Recorded as a teenager with Bud Powell and J.J. Johnson then stints with Miles, Monk, and 2 years with Max Roach groups.
Two recordings to own are Saxophone Colossus a Prestige recording with Tommy Flanagan ( piano), Doug Watkins ( bass ), Max Roach ( drums ). A improvisational masterpiece. Night At The Village Vanguard (Live) A Blue Note 2 CD set featuring Donald Bailey, Wilbar Ware (bass), Pete LaRoca, Elvin Jones ( drums). These recordings are a MUST HAVE in any collection.
At Birdland known as “The Jazz Capital of The World” in Newyork City, there are a couple of really good sessions in April that caught my eye. First on the 7th. thru the 11th the club will be featuring Joe Lovano’s Quartet with 91 years old Hank Jones (piano), Paul Motian (drums), and George Maraz (bass). Then beginning April 14th – the 19th. will be the The Blue Note 7 commemorating the 70th. anniversary of Bluenote. If you are in the area this would be a real treat.
One of my favorite bebop drummers are Art Blakey , most famous as the leader of the Jazz Messengers, a hard driving player who along with Max Roach and Kenny Clarke invented bebop drumming. In The 40’s he worked with Mary Lou Williams, Fletcher Henderson, and Billy Eckstine. By the late 40’s he was backing such greats as Miles Davis, Bud Powell and Thelonious Monk. His famous group started with him as co-leader along with Horace Silver, they were known as “The Art Blakey Quintet” along with Lou Donaldson, Curley Russell, and the new young trumpet sensation Clifford Brown. The February 1954 Blue Note 2 vol. set A Night In Birdland is a classic and a great place to start to collect this artist. Another classic from him and this great group is Art Blakey and The Jazz Messengers with Thelonious Monk a 1957 “Atlantic” recording. Blakey recorded extensively with an ever changing lineup. He had a policy of encouraging young players and many played in his group, Wayne Shorter, Bobby Timmons, Lee Morgan, Freddie Hubbard, Hank Mobley, Kenny Dorham. and many more. He was quoted on his “Night in Birdland” album as saying “I’m gonna stay with the youngsters. When these get too old I’ll get some younger ones. Keeps the mind active.”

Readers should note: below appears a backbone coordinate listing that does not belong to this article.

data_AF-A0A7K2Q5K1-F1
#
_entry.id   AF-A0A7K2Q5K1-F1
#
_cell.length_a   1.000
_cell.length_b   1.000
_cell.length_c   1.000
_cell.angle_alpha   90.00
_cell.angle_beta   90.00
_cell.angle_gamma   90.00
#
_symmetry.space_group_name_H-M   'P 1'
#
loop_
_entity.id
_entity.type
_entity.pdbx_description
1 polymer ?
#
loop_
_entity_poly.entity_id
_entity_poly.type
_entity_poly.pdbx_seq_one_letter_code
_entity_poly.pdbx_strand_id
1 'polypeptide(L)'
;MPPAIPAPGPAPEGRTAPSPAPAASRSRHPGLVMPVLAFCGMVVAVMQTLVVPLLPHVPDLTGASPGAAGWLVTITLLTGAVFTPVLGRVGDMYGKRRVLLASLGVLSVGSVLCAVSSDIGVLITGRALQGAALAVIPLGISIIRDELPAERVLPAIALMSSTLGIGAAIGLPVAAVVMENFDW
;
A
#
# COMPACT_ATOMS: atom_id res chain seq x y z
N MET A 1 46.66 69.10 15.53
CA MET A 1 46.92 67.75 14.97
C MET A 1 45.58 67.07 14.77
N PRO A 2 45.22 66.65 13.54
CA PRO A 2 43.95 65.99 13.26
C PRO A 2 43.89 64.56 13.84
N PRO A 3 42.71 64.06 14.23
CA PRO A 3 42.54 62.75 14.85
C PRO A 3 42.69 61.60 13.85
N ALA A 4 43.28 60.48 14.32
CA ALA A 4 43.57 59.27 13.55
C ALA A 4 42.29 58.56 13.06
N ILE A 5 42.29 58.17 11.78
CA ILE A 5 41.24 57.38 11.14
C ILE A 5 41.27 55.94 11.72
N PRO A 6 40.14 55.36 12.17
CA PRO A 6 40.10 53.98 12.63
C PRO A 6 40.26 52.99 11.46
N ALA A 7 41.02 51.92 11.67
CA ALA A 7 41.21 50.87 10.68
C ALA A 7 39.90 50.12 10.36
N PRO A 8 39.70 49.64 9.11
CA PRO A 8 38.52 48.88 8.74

Grant Green an underrated artist whom recorded almost exclusively for Blue Note. He had a very recognizable style in which he didn’t like to play chords. His favorite artist who he listened to were horn players, Lester Young, Charlie Parker, and Miles Davis. His single note playing style mimics the horn playing giving him his own unique sound. The Complete Quartets with Sonny Clark is a 1962 double album from Blue Note and a great place to start listening to him. Idle Moments is a 1963 Blue Note release featuring Bobby Hutcherson, a great pair. Early in his music he played the Gibson ES330TD Full Body guitar. Matador, another very interesting release on the Blue Note label from1964 pairs him with Coltranes rythm section, MCoy Tyner, Elvin Jones and Jimmy Garrison. Grant Green played Hardbop, Bebop, and Soul Jazz with a virtuosity, and his signature sound is a jazz guitarist who needs to be represented in your Jazz library.